Windows 8 on Tablets: Impressive Now, but Ask Me Again in 2012
Microsoft has some genuinely great ideas in the way it's bridging PCs and tablets with its upcoming Windows 8. It's easy to see some of the many benefits that could come out of having a tablet device that acts and functions a little less like an iPad and a little more like a PC. But keep in mind, Windows 8 tablets won't be on the market for a long time, and meanwhile, Apple no doubt has plans of its own.
09/15/11 5:00 AM PT
As a diehard Apple fan, it will take an absolutely astounding device to dislodge me from my Mac, iPad, and iPhone. And yet, the Windows 8 operating system for both tablets and PCs that Microsoft has been showing off this week has caught my attention.
Windows 8 on a tablet has some features I would like to see available on my iPad -- seriously -- even though the Samsung Windows 8 prototype device that Microsoft has been handing out is a long way from being an option, much less a mobile competitor.
So, am I drooling over Windows 8 on a tablet? Not hardly, but I've got to admit, Microsoft has a compelling "organizing principle" on its hands, along with a few features that bridge the gap between a tablet and a laptop. And for me, personally, I want that gap either narrowed or bridged entirely.
iPad as a Hobbled Workhorse
Look, I've pretty much given up on the idea that I'm ever really going to be able to touch-type with even 30 percent efficiency compared to using a real keyboard. I want to be able to type on my iPad 2 screen, believe me, but I'm reduced to hunting and pecking. This is great for email because it encourages brevity, and people spend too much time spouting in email rather than working. It's not great for writing much of anything of length, and yet Apple has a solution for this -- a Bluetooth keyboard.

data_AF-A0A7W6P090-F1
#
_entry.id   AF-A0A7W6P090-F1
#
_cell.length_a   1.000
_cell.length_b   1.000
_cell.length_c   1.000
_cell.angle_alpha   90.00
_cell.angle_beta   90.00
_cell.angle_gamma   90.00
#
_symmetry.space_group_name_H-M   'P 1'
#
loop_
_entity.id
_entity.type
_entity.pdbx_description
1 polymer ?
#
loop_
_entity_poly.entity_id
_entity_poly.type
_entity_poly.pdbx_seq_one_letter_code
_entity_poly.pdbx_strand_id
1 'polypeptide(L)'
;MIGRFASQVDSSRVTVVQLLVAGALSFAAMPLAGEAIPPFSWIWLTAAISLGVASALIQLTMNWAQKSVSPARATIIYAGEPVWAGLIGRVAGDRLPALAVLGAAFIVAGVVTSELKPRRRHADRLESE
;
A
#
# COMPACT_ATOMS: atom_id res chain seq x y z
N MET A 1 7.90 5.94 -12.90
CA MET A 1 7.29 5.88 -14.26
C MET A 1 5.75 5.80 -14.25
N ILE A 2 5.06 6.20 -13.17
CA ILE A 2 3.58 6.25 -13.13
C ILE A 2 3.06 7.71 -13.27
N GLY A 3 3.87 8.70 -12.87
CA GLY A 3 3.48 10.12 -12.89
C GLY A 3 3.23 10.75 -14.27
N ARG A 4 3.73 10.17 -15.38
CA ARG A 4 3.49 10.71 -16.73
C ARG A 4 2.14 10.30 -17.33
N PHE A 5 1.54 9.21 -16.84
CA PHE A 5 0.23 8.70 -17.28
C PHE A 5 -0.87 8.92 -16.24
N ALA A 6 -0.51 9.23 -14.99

This is cool because you can prop the iPad up on anything or use any number of stands or cases to hold it. The downside is, you need a firm stand to handle all the touching, tapping, and swiping you need to do to work with apps. And even then, anything text-heavy isn't particularly great -- if I want to put my cursor in the middle of a word, the best I can get with a quick tap is close ... I have to hold, get the zoom magnifying glass, and move accordingly. It's not bad, just not great. I want insanely great.
It sounds like I want a MacBook Air, right? I get extreme mobility, great battery life, a keyboard, and an excellent, large multi-touch pad. And yet, a MacBook Air doesn't run iOS, and as we all know, there are some insanely great iPad and iPhone apps available that not only entertain, but also let you do some serious work on the go.